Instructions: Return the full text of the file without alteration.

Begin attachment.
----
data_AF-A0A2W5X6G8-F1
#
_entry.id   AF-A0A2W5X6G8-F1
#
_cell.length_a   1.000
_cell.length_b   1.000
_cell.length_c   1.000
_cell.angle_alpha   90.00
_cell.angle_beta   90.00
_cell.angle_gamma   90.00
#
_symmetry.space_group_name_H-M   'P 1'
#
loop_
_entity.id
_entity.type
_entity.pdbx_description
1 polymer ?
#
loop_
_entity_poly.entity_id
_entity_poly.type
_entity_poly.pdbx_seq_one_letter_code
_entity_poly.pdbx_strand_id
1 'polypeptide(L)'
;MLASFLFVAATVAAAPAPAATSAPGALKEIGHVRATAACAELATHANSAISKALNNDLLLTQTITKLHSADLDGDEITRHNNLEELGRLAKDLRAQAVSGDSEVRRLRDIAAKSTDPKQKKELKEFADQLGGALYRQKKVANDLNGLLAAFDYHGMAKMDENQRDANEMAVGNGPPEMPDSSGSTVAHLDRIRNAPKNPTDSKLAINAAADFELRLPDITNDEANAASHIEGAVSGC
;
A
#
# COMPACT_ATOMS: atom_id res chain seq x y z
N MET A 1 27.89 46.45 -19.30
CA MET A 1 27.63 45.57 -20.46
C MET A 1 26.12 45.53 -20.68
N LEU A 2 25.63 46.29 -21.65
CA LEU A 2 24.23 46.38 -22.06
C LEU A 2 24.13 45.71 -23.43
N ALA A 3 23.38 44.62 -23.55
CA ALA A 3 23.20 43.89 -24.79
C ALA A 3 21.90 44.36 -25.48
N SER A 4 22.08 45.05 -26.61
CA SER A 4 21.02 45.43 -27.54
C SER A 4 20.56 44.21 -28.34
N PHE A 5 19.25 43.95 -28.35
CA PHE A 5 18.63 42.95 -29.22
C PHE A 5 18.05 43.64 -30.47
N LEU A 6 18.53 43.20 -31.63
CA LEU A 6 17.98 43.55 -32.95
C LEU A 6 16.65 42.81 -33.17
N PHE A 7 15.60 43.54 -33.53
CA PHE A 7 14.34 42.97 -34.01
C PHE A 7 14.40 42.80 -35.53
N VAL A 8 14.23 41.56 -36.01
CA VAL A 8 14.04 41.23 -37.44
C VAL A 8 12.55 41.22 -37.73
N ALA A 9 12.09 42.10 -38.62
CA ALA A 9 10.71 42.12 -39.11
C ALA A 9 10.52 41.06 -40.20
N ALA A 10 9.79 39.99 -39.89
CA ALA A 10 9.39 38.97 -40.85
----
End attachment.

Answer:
data_AF-A0A2W5X6G8-F1
#
_entry.id   AF-A0A2W5X6G8-F1
#
_cell.length_a   1.000
_cell.length_b   1.000
_cell.length_c   1.000
_cell.angle_alpha   90.00
_cell.angle_beta   90.00
_cell.angle_gamma   90.00
#
_symmetry.space_group_name_H-M   'P 1'
#
loop_
_entity.id
_entity.type
_entity.pdbx_description
1 polymer ?
#
loop_
_entity_poly.entity_id
_entity_poly.type
_entity_poly.pdbx_seq_one_letter_code
_entity_poly.pdbx_strand_id
1 'polypeptide(L)'
;MLASFLFVAATVAAAPAPAATSAPGALKEIGHVRATAACAELATHANSAISKALNNDLLLTQTITKLHSADLDGDEITRHNNLEELGRLAKDLRAQAVSGDSEVRRLRDIAAKSTDPKQKKELKEFADQLGGALYRQKKVANDLNGLLAAFDYHGMAKMDENQRDANEMAVGNGPPEMPDSSGSTVAHLDRIRNAPKNPTDSKLAINAAADFELRLPDITNDEANAASHIEGAVSGC
;
A
#
# COMPACT_ATOMS: atom_id res chain seq x y z
N MET A 1 27.89 46.45 -19.30
CA MET A 1 27.63 45.57 -20.46
C MET A 1 26.12 45.53 -20.68
N LEU A 2 25.63 46.29 -21.65
CA LEU A 2 24.23 46.38 -22.06
C LEU A 2 24.13 45.71 -23.43
N ALA A 3 23.38 44.62 -23.55
CA ALA A 3 23.20 43.89 -24.79
C ALA A 3 21.90 44.36 -25.48
N SER A 4 22.08 45.05 -26.61
CA SER A 4 21.02 45.43 -27.54
C SER A 4 20.56 44.21 -28.34
N PHE A 5 19.25 43.95 -28.35
CA PHE A 5 18.63 42.95 -29.22
C PHE A 5 18.05 43.64 -30.47
N LEU A 6 18.53 43.20 -31.63
CA LEU A 6 17.98 43.55 -32.95
C LEU A 6 16.65 42.81 -33.17
N PHE A 7 15.60 43.54 -33.53
CA PHE A 7 14.34 42.97 -34.01
C PHE A 7 14.40 42.80 -35.53
N VAL A 8 14.23 41.56 -36.01
CA VAL A 8 14.04 41.23 -37.44
C VAL A 8 12.55 41.22 -37.73
N ALA A 9 12.09 42.10 -38.62
CA ALA A 9 10.71 42.12 -39.11
C ALA A 9 10.52 41.06 -40.20
N ALA A 10 9.79 39.99 -39.89
CA ALA A 10 9.39 38.97 -40.85